Note Toucher stops artificial-sounding MIDI instrument tracks from spoiling your music.
MIDI tracks can sound bad for a couple of reasons. Limited keyboard skills may force you to record MIDI parts at reduced tempo and then quantise to make the performance sound smooth. Or maybe you compose parts that are too difficult to play, so you draw the notes with a mouse. Those tracks often sound OK the first few days you listen to them, but afterwards they begin to stand out in the mix for all the wrong reasons: Their missing heart and soul starts to become obvious.
You know how your music should feel, but you keep telling yourself that it’s really not bad, and leave the stiff tracks the way they are. Spending hours and hours trying to edit the death out of them is disruptive to your work-flow, and your time is too valuable. This is where Note Toucher can help.
As corny as this may sound, it is as though Note Toucher grabs what you are feeling inside right at this moment, and then delivers that into your tracks to bring them to life. I know that description might not be technically accurate, but it does vividly describe the musical results that Note Toucher achieves for you. Instantly those instruments begin to breathe and connect with the flow of your music in exactly the way your feelings dictate.
The real live expression of your simple two-finger performance merges with the difficult notes and chords, and enlivens them. What you end up with is a vibrant take that pushes and pulls with the ideal groove for the song. The notes and chords separate and slur into perfect phrases. Every note gets the force it needs, with accents hitting at all the right times.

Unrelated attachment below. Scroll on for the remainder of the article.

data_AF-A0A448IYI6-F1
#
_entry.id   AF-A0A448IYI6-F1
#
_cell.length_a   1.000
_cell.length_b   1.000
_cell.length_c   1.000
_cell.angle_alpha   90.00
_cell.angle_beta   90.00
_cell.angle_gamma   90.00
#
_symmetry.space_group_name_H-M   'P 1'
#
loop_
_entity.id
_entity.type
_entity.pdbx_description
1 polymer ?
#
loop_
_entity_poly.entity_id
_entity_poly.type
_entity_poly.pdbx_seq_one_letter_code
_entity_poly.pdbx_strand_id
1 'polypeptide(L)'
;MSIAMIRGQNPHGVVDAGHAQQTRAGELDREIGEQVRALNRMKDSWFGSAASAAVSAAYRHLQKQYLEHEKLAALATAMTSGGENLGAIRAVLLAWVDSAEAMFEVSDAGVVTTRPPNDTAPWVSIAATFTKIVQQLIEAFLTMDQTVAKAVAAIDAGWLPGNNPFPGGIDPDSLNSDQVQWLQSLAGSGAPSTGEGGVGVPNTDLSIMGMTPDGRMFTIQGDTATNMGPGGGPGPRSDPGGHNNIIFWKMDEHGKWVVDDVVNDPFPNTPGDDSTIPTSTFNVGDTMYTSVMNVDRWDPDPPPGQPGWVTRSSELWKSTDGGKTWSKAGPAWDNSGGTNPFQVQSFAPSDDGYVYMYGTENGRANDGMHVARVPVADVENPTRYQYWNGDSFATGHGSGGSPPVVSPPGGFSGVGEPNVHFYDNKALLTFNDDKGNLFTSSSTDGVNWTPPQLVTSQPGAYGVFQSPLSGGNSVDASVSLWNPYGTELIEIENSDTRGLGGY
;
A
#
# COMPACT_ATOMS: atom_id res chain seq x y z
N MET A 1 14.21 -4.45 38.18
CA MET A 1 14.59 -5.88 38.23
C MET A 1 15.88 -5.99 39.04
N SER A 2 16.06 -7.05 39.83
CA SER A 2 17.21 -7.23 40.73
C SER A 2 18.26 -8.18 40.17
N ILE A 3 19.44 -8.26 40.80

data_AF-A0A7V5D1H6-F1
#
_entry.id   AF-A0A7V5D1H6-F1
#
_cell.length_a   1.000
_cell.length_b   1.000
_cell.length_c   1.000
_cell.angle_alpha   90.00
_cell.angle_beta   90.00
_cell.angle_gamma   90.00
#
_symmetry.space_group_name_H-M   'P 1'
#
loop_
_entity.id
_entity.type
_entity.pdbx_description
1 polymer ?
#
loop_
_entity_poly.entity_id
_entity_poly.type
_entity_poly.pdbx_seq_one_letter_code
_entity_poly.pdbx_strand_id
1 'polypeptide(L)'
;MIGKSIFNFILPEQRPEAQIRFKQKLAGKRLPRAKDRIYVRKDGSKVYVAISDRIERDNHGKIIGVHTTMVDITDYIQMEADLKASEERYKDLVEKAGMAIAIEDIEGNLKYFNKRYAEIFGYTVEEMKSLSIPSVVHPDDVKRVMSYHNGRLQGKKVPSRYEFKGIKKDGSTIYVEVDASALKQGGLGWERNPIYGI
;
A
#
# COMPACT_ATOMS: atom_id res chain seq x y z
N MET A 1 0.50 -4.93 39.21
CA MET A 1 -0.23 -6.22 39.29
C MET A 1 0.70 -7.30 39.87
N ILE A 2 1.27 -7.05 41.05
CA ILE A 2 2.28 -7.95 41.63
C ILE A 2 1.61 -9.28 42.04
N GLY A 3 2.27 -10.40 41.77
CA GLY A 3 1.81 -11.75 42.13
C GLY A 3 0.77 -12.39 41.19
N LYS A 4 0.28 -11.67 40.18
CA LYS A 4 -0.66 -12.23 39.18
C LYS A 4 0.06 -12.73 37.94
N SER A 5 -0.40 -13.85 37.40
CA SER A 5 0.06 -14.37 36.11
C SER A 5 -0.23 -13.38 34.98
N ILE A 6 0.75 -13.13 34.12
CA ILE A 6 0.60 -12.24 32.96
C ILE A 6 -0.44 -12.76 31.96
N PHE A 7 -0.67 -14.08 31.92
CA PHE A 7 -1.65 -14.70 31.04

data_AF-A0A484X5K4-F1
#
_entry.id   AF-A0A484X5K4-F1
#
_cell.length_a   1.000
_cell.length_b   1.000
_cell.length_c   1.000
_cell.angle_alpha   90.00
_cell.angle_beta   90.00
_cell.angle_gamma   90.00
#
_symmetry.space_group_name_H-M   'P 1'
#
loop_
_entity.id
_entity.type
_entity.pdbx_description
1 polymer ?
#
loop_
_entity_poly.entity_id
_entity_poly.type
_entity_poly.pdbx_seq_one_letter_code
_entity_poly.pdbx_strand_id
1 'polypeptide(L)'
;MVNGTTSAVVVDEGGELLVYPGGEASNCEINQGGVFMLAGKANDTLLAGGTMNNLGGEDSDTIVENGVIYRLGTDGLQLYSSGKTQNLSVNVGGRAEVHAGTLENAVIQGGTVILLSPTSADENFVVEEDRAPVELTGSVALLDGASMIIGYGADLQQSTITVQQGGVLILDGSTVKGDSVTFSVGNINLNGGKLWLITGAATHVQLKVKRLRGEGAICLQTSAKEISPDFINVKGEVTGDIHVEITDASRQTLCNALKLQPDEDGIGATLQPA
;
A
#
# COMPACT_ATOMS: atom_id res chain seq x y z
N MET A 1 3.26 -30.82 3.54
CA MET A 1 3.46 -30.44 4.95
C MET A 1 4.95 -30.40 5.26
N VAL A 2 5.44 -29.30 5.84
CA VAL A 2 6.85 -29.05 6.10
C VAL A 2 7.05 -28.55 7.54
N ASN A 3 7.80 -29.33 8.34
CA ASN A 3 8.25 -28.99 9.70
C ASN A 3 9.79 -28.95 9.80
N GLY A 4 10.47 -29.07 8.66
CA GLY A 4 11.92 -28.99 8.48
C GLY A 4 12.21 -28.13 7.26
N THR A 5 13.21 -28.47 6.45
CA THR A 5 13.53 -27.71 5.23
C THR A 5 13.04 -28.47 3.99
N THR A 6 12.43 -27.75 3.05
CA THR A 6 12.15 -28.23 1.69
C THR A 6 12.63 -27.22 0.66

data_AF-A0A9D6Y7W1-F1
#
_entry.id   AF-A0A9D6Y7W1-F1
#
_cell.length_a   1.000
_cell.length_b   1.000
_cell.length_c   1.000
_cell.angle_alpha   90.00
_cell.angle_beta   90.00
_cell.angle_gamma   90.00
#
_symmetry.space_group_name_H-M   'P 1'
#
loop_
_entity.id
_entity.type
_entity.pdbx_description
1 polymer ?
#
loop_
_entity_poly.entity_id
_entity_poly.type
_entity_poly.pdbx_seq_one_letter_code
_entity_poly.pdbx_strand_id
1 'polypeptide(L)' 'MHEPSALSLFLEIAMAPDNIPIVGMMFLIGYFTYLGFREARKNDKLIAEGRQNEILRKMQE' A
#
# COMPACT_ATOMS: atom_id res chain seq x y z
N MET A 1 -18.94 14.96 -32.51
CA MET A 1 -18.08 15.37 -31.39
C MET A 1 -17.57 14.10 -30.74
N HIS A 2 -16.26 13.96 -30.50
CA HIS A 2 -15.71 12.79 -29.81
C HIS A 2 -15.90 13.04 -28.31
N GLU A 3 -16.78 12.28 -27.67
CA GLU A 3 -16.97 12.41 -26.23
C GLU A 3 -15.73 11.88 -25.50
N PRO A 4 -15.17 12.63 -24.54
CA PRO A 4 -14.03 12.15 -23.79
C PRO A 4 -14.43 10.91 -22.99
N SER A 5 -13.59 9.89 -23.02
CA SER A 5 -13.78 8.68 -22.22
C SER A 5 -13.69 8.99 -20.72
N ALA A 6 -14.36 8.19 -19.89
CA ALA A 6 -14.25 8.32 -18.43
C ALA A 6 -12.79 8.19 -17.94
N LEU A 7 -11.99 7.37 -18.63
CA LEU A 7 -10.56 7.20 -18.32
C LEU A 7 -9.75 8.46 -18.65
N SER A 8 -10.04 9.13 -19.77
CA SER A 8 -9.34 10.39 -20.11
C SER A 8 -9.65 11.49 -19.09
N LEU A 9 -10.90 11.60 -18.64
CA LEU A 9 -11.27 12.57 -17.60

You would probably refuse to work the hour for such a small amount because we regard one hour of our life to be of greater value than $10.
Now ask yourself:
"How many hours of my life have I spent pushing a mouse adjusting MIDI tracks trying to make the phrasing and dynamics feel right?"
Has it been more than three hours? ... more than 30 hours? ... or 300 hours? What is the dollar value of those hours that I could have spent on more productive things?
How many hours is a Note Toucher BTH1 worth? Well, it costs about the same as only three hours of a professional piano teacher's time, but its value is more like 300 hours of a producer's time because it lets you very quickly get your MIDI tracks sounding alive — and when I say alive, I mean sounding just like how a real live player sounds. Plus, you will produce a lot more music, and you will easily achieve the feel, and quality of expression you hope for.
If you are interested in buying one, please email me
No battery required: Note Toucher runs on 5 Volts via the MIDI cable connected to SEQ IN.
Maximum polyphony is 10 notes per chord. Legato playing will sound up to 20 notes during the overlap.
MIDI latency from Touch-In to the output to your synth is between 608 Ás and 928 Ás, which equates to the time it takes sound to travel 28 cm (or 11 inches). The latency is a constant 288 Ás in both MIDI-thru modes, which equates to less than 9 cm (or 3.5 inches) of sound travel.
WARNING Do not operate your Note Toucher BTH1 inside a naked flame or within flinging-distance of a sulfuric acid throwing machine.